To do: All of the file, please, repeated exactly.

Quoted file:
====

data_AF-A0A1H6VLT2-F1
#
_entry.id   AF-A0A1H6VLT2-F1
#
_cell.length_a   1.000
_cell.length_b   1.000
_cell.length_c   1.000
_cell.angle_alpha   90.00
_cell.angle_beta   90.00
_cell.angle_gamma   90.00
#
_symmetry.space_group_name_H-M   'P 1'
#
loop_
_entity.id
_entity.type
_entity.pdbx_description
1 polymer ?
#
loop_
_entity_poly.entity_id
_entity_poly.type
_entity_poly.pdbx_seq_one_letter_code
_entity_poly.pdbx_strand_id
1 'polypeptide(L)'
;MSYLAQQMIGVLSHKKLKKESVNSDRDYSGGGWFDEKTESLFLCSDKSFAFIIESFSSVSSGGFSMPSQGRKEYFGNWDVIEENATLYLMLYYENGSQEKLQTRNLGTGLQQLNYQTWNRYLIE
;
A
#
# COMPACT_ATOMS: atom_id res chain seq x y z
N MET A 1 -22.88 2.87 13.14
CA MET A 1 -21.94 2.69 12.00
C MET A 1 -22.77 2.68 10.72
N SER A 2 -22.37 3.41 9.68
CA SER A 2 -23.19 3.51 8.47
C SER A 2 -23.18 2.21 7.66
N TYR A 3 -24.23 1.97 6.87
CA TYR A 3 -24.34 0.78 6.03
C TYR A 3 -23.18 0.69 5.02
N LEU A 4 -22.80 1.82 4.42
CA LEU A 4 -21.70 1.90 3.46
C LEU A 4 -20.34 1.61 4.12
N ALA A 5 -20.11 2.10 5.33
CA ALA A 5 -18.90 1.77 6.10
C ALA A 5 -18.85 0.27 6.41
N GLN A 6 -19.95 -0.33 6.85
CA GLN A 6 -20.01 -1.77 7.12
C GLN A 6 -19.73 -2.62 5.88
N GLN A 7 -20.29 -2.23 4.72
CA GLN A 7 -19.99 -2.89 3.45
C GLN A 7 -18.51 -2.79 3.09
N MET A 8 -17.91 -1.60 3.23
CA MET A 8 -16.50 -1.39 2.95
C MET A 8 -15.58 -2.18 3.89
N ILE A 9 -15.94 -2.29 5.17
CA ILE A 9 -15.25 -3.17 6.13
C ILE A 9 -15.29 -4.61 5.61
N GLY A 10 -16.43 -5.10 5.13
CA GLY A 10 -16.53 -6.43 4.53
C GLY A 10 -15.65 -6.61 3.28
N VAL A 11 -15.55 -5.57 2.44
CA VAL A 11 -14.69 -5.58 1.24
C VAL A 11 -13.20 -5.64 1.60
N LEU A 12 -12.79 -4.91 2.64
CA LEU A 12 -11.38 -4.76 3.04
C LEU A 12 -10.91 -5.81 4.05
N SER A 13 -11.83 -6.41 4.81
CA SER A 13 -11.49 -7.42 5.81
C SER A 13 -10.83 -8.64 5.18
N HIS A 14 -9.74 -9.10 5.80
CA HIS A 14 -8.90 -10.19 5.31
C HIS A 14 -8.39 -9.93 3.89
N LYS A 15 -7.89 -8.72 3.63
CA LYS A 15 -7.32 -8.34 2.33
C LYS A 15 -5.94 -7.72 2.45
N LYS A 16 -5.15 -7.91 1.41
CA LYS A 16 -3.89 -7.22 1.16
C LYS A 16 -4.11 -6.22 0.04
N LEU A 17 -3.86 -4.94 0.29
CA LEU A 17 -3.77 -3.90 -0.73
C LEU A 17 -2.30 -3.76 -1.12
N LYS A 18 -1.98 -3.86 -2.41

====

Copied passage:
data_AF-A0A1H6VLT2-F1
#
_entry.id   AF-A0A1H6VLT2-F1
#
_cell.length_a   1.000
_cell.length_b   1.000
_cell.length_c   1.000
_cell.angle_alpha   90.00
_cell.angle_beta   90.00
_cell.angle_gamma   90.00
#
_symmetry.space_group_name_H-M   'P 1'
#
loop_
_entity.id
_entity.type
_entity.pdbx_description
1 polymer ?
#
loop_
_entity_poly.entity_id
_entity_poly.type
_entity_poly.pdbx_seq_one_letter_code
_entity_poly.pdbx_strand_id
1 'polypeptide(L)'
;MSYLAQQMIGVLSHKKLKKESVNSDRDYSGGGWFDEKTESLFLCSDKSFAFIIESFSSVSSGGFSMPSQGRKEYFGNWDVIEENATLYLMLYYENGSQEKLQTRNLGTGLQQLNYQTWNRYLIE
;
A
#
# COMPACT_ATOMS: atom_id res chain seq x y z
N MET A 1 -22.88 2.87 13.14
CA MET A 1 -21.94 2.69 12.00
C MET A 1 -22.77 2.68 10.72
N SER A 2 -22.37 3.41 9.68
CA SER A 2 -23.19 3.51 8.47
C SER A 2 -23.18 2.21 7.66
N TYR A 3 -24.23 1.97 6.87
CA TYR A 3 -24.34 0.78 6.03
C TYR A 3 -23.18 0.69 5.02
N LEU A 4 -22.80 1.82 4.42
CA LEU A 4 -21.70 1.90 3.46
C LEU A 4 -20.34 1.61 4.12
N ALA A 5 -20.11 2.10 5.33
CA ALA A 5 -18.90 1.77 6.10
C ALA A 5 -18.85 0.27 6.41
N GLN A 6 -19.95 -0.33 6.85
CA GLN A 6 -20.01 -1.77 7.12
C GLN A 6 -19.73 -2.62 5.88
N GLN A 7 -20.29 -2.23 4.72
CA GLN A 7 -19.99 -2.89 3.45
C GLN A 7 -18.51 -2.79 3.09
N MET A 8 -17.91 -1.60 3.23
CA MET A 8 -16.50 -1.39 2.95
C MET A 8 -15.58 -2.18 3.89
N ILE A 9 -15.94 -2.29 5.17
CA ILE A 9 -15.25 -3.17 6.13
C ILE A 9 -15.29 -4.61 5.61
N GLY A 10 -16.43 -5.10 5.13
CA GLY A 10 -16.53 -6.43 4.53
C GLY A 10 -15.65 -6.61 3.28
N VAL A 11 -15.55 -5.57 2.44
CA VAL A 11 -14.69 -5.58 1.24
C VAL A 11 -13.20 -5.64 1.60
N LEU A 12 -12.79 -4.91 2.64
CA LEU A 12 -11.38 -4.76 3.04
C LEU A 12 -10.91 -5.81 4.05
N SER A 13 -11.83 -6.41 4.81
CA SER A 13 -11.49 -7.42 5.81
C SER A 13 -10.83 -8.64 5.18
N HIS A 14 -9.74 -9.10 5.80
CA HIS A 14 -8.90 -10.19 5.31
C HIS A 14 -8.39 -9.93 3.89
N LYS A 15 -7.89 -8.72 3.63
CA LYS A 15 -7.32 -8.34 2.33
C LYS A 15 -5.94 -7.72 2.45
N LYS A 16 -5.15 -7.91 1.41
CA LYS A 16 -3.89 -7.22 1.16
C LYS A 16 -4.11 -6.22 0.04
N LEU A 17 -3.86 -4.94 0.29
CA LEU A 17 -3.77 -3.90 -0.73
C LEU A 17 -2.30 -3.76 -1.12
N LYS A 18 -1.98 -3.86 -2.41